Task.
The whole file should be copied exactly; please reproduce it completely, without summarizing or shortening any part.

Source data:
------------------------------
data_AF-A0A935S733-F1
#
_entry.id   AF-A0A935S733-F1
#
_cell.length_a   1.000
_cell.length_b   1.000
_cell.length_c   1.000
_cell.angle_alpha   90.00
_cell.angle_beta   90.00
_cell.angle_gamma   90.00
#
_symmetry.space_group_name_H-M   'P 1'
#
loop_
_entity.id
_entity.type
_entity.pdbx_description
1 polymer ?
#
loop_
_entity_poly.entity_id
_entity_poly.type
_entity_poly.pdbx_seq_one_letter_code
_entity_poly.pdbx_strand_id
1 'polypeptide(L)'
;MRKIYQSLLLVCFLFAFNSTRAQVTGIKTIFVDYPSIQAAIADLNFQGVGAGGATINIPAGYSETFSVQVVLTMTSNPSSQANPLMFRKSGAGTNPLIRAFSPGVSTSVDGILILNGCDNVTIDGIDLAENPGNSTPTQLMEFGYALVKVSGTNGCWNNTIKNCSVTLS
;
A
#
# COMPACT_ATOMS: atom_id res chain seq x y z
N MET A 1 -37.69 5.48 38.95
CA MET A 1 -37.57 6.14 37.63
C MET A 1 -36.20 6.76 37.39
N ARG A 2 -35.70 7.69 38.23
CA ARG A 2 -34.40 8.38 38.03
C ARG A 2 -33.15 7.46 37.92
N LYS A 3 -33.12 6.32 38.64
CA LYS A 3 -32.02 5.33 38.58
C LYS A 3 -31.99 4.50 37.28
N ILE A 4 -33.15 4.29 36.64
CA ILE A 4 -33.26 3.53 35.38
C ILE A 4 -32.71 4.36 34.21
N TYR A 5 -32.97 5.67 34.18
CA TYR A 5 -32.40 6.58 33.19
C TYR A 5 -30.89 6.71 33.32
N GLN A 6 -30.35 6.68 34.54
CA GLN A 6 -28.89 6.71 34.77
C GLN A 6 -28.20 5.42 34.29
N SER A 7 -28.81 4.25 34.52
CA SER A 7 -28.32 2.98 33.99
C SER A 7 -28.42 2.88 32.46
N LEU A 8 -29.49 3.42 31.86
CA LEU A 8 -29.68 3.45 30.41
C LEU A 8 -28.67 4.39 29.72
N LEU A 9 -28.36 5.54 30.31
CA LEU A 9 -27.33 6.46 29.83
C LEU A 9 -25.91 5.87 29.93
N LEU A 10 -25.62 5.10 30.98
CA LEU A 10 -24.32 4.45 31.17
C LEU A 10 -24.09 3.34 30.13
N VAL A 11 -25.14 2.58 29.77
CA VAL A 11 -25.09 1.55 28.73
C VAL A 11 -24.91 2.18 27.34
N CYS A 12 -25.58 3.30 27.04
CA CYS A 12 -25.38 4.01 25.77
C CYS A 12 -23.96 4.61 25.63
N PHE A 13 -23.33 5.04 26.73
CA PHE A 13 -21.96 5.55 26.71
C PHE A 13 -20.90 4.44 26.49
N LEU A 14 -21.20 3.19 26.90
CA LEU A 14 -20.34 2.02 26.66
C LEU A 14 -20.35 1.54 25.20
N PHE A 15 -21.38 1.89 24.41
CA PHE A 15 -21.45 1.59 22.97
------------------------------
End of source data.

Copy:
data_AF-A0A935S733-F1
#
_entry.id   AF-A0A935S733-F1
#
_cell.length_a   1.000
_cell.length_b   1.000
_cell.length_c   1.000
_cell.angle_alpha   90.00
_cell.angle_beta   90.00
_cell.angle_gamma   90.00
#
_symmetry.space_group_name_H-M   'P 1'
#
loop_
_entity.id
_entity.type
_entity.pdbx_description
1 polymer ?
#
loop_
_entity_poly.entity_id
_entity_poly.type
_entity_poly.pdbx_seq_one_letter_code
_entity_poly.pdbx_strand_id
1 'polypeptide(L)'
;MRKIYQSLLLVCFLFAFNSTRAQVTGIKTIFVDYPSIQAAIADLNFQGVGAGGATINIPAGYSETFSVQVVLTMTSNPSSQANPLMFRKSGAGTNPLIRAFSPGVSTSVDGILILNGCDNVTIDGIDLAENPGNSTPTQLMEFGYALVKVSGTNGCWNNTIKNCSVTLS
;
A
#
# COMPACT_ATOMS: atom_id res chain seq x y z
N MET A 1 -37.69 5.48 38.95
CA MET A 1 -37.57 6.14 37.63
C MET A 1 -36.20 6.76 37.39
N ARG A 2 -35.70 7.69 38.23
CA ARG A 2 -34.40 8.38 38.03
C ARG A 2 -33.15 7.46 37.92
N LYS A 3 -33.12 6.32 38.64
CA LYS A 3 -32.02 5.33 38.58
C LYS A 3 -31.99 4.50 37.28
N ILE A 4 -33.15 4.29 36.64
CA ILE A 4 -33.26 3.53 35.38
C ILE A 4 -32.71 4.36 34.21
N TYR A 5 -32.97 5.67 34.18
CA TYR A 5 -32.40 6.58 33.19
C TYR A 5 -30.89 6.71 33.32
N GLN A 6 -30.35 6.68 34.54
CA GLN A 6 -28.89 6.71 34.77
C GLN A 6 -28.20 5.42 34.29
N SER A 7 -28.81 4.25 34.52
CA SER A 7 -28.32 2.98 33.99
C SER A 7 -28.42 2.88 32.46
N LEU A 8 -29.49 3.42 31.86
CA LEU A 8 -29.68 3.45 30.41
C LEU A 8 -28.67 4.39 29.72
N LEU A 9 -28.36 5.54 30.31
CA LEU A 9 -27.33 6.46 29.83
C LEU A 9 -25.91 5.87 29.93
N LEU A 10 -25.62 5.10 30.98
CA LEU A 10 -24.32 4.45 31.17
C LEU A 10 -24.09 3.34 30.13
N VAL A 11 -25.14 2.58 29.77
CA VAL A 11 -25.09 1.55 28.73
C VAL A 11 -24.91 2.18 27.34
N CYS A 12 -25.58 3.30 27.04
CA CYS A 12 -25.38 4.01 25.77
C CYS A 12 -23.96 4.61 25.63
N PHE A 13 -23.33 5.04 26.73
CA PHE A 13 -21.96 5.55 26.71
C PHE A 13 -20.90 4.44 26.49
N LEU A 14 -21.20 3.19 26.90
CA LEU A 14 -20.34 2.02 26.66
C LEU A 14 -20.35 1.54 25.20
N PHE A 15 -21.38 1.89 24.41
CA PHE A 15 -21.45 1.59 22.97